Karn then went on to reference historical events involving past foreign monarchies, such as “shooting like the Russians,” “beheading by guillotine like the French,” and “exiled like the Germans.”

Winyat stressed that “Karn’s writing did not mention the Thai monarchy in any way. He also disputed speculation on social media that Karn was criticizing the recent traffic woes allegedly caused by royal motorcade in Bangkok.” He said: “He was talking about the history of other nations.” He says that it was others who distorted his client’s writing.

The report adds that “[t]he arrest came several days after digital economy minister Buddhipongse Punnakanta announced that the police were on the verge of ‘purging’ anti-monarchy figures on social media.”

It is no coincidence that, at the same time that Karn languished in jail, Minister for Digital Censorship Buddhipongse issued a directive that “cafe and restaurant operators with free wifi service must collect internet traffic data used by their customers up to 90 days, or face punishment.” He “explained” that “officials may need to request for the information under Article 26 of the Computer Crimes Act…”.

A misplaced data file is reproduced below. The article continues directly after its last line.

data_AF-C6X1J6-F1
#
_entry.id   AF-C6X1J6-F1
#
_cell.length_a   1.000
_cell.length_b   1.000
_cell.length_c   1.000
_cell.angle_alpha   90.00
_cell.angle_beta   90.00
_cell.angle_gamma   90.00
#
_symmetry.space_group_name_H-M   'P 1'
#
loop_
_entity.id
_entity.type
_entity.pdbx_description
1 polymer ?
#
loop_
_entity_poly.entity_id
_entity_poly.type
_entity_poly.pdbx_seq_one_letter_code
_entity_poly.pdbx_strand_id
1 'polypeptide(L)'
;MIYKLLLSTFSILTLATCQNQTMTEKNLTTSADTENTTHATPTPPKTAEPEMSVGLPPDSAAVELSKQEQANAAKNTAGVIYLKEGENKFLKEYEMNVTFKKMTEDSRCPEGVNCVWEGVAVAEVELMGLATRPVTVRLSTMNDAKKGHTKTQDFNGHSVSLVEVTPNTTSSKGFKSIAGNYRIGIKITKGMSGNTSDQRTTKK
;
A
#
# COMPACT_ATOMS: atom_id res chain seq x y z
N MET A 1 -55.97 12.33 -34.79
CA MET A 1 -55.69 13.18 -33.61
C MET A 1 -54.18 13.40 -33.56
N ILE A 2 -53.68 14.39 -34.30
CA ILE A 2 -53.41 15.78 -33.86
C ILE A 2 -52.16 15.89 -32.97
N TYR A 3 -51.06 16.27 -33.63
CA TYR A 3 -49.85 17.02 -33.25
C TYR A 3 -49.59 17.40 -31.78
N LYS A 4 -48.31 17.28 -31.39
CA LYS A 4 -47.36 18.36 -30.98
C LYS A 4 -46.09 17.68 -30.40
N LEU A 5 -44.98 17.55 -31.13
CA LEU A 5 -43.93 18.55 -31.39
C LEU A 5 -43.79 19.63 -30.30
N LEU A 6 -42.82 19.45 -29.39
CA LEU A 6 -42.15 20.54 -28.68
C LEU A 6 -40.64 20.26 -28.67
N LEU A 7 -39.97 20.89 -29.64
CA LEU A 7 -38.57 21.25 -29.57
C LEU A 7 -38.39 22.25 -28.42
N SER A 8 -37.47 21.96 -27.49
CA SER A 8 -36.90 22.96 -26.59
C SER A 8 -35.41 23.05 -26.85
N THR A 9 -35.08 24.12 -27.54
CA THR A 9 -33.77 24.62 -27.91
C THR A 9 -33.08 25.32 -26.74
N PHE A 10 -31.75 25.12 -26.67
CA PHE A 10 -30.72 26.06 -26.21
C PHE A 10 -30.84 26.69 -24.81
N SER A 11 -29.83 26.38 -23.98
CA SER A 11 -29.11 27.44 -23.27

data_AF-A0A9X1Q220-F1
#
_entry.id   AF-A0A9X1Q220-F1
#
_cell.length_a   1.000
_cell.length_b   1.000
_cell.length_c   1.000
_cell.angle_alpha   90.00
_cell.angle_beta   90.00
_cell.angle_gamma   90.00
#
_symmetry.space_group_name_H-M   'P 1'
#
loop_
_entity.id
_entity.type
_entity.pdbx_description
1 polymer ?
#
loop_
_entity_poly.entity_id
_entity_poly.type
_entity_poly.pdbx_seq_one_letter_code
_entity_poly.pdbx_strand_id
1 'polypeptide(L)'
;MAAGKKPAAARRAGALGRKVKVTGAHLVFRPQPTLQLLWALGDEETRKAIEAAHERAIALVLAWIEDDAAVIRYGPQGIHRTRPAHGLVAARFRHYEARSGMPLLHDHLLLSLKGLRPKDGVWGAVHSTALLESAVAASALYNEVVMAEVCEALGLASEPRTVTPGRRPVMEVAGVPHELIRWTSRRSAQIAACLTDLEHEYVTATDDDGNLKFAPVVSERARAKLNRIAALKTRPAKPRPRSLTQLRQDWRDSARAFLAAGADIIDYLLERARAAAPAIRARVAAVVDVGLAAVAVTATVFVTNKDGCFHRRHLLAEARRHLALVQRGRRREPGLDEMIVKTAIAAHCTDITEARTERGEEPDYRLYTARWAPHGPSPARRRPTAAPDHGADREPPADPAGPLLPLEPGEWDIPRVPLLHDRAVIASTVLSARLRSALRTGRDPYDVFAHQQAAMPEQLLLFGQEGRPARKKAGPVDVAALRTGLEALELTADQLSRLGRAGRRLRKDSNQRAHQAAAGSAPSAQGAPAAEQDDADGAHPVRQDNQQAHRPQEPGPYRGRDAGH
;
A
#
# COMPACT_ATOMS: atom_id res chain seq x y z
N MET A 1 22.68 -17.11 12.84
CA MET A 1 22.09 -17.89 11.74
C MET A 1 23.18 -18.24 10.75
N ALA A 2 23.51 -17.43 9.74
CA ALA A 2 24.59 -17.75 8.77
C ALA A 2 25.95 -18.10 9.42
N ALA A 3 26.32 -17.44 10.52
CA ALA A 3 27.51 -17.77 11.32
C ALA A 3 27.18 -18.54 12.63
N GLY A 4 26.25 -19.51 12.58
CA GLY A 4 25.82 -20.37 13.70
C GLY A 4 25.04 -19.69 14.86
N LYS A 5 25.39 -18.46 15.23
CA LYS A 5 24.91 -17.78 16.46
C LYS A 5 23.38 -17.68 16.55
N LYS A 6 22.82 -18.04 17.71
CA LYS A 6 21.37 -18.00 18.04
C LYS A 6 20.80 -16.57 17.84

It is also no coincidence that this follows that mass outbreak of complaints about the monarchy.

Update 1: Khaosod reports that the watchman, Gen Prawit Wongsuwan, wants five people arrested on these (disguised) lese majeste charges of making “inappropriate” online comments about the monarchy.

In an attempt to deflect criticism from the throne, the king has arranged it with the regime that charges other than lese majeste are now used for those considered to have insulted the monarchy. (The regime has also taken to enforced disappearance, torture and murder in dealing with anti-monarchists.)

Prawit babbled “we’ll have to prosecute them, because their wrongdoing involves attacking the monarchy.”

Minister for Digitial Censorship Buddhipongse said Karn was not targeted “for his political beliefs.” He’s fibbing. He invoked rule by law, claiming that Karn’s nighttime arrest was a matter for the courts.

Buddhipongseis an anti-democrat from the People’s Democratic Reform Committee who became a junta spokesman, then a member of the junta’s front party and is now a minister.